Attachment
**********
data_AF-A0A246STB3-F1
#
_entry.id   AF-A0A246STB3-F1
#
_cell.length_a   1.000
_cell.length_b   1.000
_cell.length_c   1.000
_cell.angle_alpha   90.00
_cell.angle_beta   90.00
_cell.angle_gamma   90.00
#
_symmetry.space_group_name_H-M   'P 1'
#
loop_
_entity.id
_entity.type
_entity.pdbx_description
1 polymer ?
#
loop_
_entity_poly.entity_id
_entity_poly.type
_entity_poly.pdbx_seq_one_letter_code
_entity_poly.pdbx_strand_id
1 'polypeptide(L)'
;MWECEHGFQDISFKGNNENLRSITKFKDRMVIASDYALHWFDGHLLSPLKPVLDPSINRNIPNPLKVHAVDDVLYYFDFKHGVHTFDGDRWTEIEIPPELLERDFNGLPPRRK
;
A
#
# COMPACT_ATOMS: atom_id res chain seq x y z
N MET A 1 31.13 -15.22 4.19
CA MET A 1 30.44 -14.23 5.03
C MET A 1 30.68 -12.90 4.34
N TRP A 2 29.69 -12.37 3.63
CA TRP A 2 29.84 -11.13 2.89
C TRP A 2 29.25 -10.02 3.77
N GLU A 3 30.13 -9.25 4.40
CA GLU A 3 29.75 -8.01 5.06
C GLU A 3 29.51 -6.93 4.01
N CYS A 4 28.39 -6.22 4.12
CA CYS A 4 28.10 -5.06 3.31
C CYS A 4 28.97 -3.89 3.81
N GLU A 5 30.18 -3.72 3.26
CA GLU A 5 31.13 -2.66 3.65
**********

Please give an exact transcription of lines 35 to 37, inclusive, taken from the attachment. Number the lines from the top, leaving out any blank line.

CA TRP A 2 29.84 -11.13 2.89
C TRP A 2 29.25 -10.02 3.77
N GLU A 3 30.13 -9.25 4.40